What are the approach considerations in the treatment of acute gastritis?

Updated: Jul 12, 2020
  • Author: Sarah El-Nakeep, MD; Chief Editor: BS Anand, MD  more...
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Surgical intervention is not necessary for gastritis, except in the case of phlegmonous gastritis or acute necrotizing gastritis. With the latter entity, surgical intervention with resection of the affected area may be the most effective form of treatment.

Consult a gastroenterologist in complicated cases.

In cases of suspected upper gastrointestinal (GI) bleeding (decreased hemoglobin, melena, hematemesis), diagnostic endoscopy is mandatory to exclude bleeding ulcers, angiomatous malformations, erosions and malignant transformation. Severe cases with upper GI bleeding can be treated by cautery, hemoclips, local epinephrine injection, or hemostatic spraying of the bleeding area [9] along with an intravenous (IV) proton-pump inhibitor (PPI) bolus, then continuous infusion for 72 hours to stabilize the bleeding. [10]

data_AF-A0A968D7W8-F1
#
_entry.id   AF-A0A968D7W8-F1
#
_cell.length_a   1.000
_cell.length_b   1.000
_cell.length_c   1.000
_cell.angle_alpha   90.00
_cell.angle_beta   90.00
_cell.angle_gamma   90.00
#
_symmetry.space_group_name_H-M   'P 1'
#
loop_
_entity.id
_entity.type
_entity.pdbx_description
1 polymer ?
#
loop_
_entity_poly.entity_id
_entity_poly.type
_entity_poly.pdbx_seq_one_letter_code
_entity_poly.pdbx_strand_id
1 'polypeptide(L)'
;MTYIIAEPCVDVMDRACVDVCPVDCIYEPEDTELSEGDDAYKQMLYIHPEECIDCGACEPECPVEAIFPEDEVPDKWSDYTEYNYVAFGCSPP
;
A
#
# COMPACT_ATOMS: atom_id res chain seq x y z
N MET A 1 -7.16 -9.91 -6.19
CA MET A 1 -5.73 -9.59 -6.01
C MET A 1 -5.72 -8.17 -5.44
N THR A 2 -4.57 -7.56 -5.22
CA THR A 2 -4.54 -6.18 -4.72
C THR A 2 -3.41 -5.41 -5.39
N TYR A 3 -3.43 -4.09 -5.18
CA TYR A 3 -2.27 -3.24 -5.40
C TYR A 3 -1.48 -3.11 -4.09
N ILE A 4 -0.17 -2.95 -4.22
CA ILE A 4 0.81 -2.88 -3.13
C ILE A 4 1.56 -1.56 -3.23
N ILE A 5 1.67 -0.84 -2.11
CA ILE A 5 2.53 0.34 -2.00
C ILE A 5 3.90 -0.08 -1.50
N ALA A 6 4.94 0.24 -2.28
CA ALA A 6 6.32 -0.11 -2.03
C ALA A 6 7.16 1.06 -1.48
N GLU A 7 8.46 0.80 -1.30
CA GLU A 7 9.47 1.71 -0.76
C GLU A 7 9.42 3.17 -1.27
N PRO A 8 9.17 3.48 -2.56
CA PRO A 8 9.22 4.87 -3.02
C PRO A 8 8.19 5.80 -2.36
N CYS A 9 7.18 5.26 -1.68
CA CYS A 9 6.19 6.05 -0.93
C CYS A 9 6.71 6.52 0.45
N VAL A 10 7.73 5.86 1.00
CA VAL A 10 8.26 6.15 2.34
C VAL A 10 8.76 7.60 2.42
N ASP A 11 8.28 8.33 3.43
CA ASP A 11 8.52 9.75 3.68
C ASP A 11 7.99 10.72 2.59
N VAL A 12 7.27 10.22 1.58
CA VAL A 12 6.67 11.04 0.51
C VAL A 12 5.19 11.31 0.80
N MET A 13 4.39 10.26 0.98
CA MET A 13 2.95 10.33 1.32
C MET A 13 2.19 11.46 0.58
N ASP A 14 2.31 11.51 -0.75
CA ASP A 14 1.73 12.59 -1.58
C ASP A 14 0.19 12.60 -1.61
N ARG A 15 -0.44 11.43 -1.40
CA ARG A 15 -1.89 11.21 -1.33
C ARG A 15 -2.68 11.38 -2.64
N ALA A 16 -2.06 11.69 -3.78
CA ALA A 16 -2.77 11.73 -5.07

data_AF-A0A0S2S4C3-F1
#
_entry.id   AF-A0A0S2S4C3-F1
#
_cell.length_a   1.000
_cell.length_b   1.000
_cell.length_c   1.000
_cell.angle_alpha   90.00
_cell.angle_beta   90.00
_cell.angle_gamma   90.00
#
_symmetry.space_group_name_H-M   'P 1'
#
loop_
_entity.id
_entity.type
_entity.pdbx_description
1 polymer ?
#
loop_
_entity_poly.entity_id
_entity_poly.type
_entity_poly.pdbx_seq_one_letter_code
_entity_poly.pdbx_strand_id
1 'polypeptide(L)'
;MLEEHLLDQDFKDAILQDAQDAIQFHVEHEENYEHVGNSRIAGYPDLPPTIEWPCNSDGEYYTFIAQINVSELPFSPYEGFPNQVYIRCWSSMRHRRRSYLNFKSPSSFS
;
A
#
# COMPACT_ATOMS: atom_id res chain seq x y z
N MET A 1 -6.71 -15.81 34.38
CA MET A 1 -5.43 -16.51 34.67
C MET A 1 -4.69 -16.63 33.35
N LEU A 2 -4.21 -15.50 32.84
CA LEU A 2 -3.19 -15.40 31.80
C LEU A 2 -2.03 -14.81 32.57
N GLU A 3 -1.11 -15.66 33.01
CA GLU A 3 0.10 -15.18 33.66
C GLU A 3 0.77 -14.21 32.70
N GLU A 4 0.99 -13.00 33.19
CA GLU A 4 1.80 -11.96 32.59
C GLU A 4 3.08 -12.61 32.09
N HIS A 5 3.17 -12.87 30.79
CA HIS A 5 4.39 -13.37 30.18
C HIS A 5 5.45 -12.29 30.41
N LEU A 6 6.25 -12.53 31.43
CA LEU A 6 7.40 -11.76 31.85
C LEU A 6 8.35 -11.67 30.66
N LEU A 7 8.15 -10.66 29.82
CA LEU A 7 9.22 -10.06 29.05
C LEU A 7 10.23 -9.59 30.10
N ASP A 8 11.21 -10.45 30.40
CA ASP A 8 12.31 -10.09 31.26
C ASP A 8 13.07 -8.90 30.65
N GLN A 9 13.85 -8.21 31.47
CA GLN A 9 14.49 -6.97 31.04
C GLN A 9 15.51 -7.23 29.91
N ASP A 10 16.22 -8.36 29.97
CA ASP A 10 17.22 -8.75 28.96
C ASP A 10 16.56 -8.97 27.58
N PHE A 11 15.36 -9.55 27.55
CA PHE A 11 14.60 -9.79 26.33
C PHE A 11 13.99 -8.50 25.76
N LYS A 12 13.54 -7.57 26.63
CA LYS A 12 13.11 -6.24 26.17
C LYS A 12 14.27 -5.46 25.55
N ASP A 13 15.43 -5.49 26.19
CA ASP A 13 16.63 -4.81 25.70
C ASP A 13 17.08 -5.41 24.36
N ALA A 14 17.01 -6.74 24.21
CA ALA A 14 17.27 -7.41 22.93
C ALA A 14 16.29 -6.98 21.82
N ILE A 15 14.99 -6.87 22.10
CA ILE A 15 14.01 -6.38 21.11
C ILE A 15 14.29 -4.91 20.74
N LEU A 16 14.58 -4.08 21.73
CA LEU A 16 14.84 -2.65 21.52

Over-the-counter (OTC) drugs such as mucosal coating (sucralfate, antacids) agents or short-term histamine-2 antagonists can stabilize mild to moderate cases in the short term. [11] In the long term, treatment of the underlying cause (ie, avoid nonsteroidal anti-inflammatory drugs, caffeine, smoking; H Pylori eradication; etc.) is the most satisfactory course of action.

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